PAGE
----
Prove your Family Tree, Part II: Land and Property Sources that Link

Scan0001surnametargetSurname Target—Search Strategy Worksheet

  1. Draw an archery target with at least 5 rings.
  2. Align the names from your lineage and family charts to coincide with the rings.
  3. Systematically search each surname connected with your ancestor of interest:  family surname; maiden surnames; in-law surnames of brothers-in-law, uncles, nephews; surnames used as middle names of children; surname units used as namesakes

Land and Property Sources that link–

  1. Tax delinquent lists—especially in Kentucky, Tennessee, North Carolina, Virginia
  2. Powers of Attorney—recorded in state of filing and state of interest/residence
  3. Signatures—match original signatures on deeds, wills, personal papers, family Bible pages, passenger lists
  4. Property Descriptions—will usually be the same on deeds bought and sold, land bequeathed in wills or land descending by law, tax rolls and rent rolls, equity court minutes, claims and supporting documents, land surveys (may contain a map of the land with the description in calls)
  5. Dog Tax Lists—South Carolina kept dog tax lists; many Blacks had dogs.  1865 Slave name; 1866-67 Freed name.  Use with probate inventories of white or black family who owned slaves before 1865. And some 1850-60 slave censuses where individual slaves are named.

How Is Land Acquired?

  1. Original title to land—headright grant, bounty grant, patent, council grant, state government grant—VA, MD, PA in Southwestern PA, VA and MD grants overlap); VA in KY and OH, including bounty lands; VA claimed land rights in parts of North Carolina, including bounty lands; SC in North Carolina, especially along the boundary line; KY and TN grants overlap, especially along the boundary line; NC in Tennessee, including bounty lands; FL in  GA, AL, MS (in West Florida); GA in AL, MS, LA (in Yazoo territory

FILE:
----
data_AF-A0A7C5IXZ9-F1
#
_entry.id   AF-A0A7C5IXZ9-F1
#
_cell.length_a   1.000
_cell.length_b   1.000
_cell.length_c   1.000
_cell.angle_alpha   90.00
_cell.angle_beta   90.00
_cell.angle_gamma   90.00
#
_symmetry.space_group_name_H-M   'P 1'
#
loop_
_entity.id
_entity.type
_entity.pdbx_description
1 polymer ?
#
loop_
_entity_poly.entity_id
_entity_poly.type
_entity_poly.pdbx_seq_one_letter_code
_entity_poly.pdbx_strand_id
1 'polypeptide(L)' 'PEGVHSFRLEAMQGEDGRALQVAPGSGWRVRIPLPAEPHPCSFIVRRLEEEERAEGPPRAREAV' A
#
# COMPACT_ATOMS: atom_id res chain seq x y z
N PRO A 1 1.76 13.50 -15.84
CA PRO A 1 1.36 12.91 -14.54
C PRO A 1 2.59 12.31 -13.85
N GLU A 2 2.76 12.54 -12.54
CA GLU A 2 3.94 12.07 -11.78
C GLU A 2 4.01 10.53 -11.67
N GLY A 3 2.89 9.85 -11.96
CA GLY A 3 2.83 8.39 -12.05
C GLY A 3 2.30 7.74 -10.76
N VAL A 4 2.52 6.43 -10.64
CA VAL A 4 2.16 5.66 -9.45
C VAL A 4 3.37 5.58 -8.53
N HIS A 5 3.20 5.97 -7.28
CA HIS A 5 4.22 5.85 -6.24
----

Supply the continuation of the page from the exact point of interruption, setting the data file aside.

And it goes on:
2. Subsequent transfer of title to land—deed/conveyance from prior owner, tax sale, inheritance by will (testate), inheritance by descent (intestate, without a will)

 Legal Terms in Land Records–

  1. Buyer or heir is the grantee
  2. Seller or deceased is the grantor
  3. Borrower is the mortgagee
  4. Lender is the mortgagor

Land Descriptions–

  1. Metes and Bounds System—boundaries are referenced by physical items:  trees, stones, streams/rivers, mountains, neighbors and their land holdings
  2. Rectangular System—dates officially from 1787.  Uses numbered sections, townships, ranges, and principal meridians.  Some use of this sysem befo

Indexes are Essential Search Tools:  What trips you up is not realizing you are searching an index!

  1. Grantor/Grantee; Mortgagor/Mortgagee
  2. Reverse or cross index
  3. Some clerks include etal entries in each alpha section; some clerks only put the first name or initials
  4. Some indexes are actually indexes to indexes, watch carefully
  5. Indexes can be made by genealogists, societies, county clerks, state clerks, law firms, title companies, gas and oil exploration businesses
  6. Original indexes were made in large ledgers
  7. Third-party indexes are usually on cards or computer databases

This outline of specific land and property items can guide you to link the data from one source to another.  And hopefully, prove relationships and origins.  Your favorite genealogist, Arlene Eakle

PS  And stay tuned for more key evidence to be found in land and property sources.

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